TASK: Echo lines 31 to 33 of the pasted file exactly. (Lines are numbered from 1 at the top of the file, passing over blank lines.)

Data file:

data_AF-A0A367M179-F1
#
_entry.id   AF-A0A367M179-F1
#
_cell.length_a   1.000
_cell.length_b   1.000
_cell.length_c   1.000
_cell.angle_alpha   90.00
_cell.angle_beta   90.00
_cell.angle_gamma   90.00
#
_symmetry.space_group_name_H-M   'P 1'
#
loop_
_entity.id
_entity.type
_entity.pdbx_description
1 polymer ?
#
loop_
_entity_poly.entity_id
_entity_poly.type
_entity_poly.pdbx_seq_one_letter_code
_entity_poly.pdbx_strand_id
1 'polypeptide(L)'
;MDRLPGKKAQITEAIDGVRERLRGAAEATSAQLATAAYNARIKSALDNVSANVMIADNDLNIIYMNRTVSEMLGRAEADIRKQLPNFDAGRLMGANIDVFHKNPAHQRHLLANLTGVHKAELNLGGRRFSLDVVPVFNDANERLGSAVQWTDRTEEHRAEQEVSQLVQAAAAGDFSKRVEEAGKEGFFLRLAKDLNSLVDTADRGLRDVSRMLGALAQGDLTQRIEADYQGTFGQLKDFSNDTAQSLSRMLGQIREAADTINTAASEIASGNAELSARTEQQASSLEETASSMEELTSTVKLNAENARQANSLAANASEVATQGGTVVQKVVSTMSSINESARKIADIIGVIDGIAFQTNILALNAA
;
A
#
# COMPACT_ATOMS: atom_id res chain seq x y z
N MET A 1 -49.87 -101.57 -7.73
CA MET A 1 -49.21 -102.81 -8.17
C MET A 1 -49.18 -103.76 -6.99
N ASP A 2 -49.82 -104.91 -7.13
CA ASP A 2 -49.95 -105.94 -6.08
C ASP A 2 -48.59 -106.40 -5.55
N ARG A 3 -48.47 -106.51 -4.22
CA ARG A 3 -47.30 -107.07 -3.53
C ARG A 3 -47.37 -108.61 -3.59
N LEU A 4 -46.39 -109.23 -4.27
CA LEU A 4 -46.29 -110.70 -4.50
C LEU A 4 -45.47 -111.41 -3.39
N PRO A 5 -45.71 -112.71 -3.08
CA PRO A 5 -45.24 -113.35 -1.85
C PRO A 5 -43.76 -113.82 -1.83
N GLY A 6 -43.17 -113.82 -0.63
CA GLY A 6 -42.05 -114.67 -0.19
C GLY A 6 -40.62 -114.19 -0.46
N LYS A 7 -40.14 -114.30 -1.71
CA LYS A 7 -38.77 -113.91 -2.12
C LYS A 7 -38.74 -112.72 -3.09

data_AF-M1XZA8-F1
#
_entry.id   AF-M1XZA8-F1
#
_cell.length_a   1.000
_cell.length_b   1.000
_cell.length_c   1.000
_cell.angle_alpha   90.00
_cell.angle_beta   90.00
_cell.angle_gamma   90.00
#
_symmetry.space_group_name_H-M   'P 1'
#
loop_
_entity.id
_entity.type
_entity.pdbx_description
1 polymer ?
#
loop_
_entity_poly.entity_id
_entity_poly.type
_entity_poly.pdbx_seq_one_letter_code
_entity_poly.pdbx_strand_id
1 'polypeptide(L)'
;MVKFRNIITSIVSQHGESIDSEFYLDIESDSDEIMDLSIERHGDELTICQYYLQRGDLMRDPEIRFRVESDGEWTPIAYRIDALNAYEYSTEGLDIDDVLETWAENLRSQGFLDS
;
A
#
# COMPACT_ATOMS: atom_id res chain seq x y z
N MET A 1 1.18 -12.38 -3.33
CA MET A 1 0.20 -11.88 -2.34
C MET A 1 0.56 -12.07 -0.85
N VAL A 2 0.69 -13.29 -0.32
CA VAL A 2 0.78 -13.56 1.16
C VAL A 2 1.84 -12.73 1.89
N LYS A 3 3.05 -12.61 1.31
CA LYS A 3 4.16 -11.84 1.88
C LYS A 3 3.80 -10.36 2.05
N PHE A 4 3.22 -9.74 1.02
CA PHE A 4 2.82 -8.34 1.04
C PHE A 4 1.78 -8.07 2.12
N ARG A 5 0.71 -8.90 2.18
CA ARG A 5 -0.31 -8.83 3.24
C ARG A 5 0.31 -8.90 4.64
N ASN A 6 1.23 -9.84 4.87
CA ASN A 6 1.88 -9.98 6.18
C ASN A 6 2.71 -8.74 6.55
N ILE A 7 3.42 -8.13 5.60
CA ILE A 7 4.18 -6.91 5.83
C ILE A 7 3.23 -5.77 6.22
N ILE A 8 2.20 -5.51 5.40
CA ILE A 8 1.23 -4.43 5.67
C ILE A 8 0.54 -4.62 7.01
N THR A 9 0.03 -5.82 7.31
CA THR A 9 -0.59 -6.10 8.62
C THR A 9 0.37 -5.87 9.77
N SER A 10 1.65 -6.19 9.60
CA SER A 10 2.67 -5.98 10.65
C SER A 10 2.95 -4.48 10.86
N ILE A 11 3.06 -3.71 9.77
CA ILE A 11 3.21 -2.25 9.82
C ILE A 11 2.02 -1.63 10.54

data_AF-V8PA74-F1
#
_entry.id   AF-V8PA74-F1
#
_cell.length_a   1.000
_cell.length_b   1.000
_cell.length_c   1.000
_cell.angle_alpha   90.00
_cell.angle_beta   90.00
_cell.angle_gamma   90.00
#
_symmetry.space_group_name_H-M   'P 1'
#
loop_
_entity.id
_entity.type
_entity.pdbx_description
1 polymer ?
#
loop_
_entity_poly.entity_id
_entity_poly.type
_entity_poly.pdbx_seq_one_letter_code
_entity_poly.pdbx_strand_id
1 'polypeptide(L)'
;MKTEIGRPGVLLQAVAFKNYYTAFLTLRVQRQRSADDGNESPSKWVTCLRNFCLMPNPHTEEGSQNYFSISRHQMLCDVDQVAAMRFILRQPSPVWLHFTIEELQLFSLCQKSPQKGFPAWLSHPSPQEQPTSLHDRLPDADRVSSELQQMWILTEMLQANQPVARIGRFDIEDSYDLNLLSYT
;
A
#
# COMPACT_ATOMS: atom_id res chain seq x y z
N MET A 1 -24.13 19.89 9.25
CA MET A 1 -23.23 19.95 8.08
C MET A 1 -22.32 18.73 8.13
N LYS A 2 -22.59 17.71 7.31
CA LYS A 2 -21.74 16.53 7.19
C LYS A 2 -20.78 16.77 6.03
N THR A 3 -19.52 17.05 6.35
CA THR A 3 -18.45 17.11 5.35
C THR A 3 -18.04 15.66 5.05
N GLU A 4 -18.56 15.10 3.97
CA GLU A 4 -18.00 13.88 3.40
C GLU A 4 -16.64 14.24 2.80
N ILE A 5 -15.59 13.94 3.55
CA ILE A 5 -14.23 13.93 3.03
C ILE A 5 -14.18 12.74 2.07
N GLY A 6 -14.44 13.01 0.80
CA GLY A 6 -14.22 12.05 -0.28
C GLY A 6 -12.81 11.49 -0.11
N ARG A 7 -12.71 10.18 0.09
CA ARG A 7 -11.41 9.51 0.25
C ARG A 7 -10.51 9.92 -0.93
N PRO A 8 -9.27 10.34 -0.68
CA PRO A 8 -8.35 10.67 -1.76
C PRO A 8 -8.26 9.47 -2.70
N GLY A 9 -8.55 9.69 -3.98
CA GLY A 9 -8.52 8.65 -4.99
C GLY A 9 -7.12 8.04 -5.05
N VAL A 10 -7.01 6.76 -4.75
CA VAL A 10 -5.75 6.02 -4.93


N MET A 1 -49.87 -101.57 -7.73
CA MET A 1 -49.21 -102.81 -8.17
C MET A 1 -49.18 -103.76 -6.99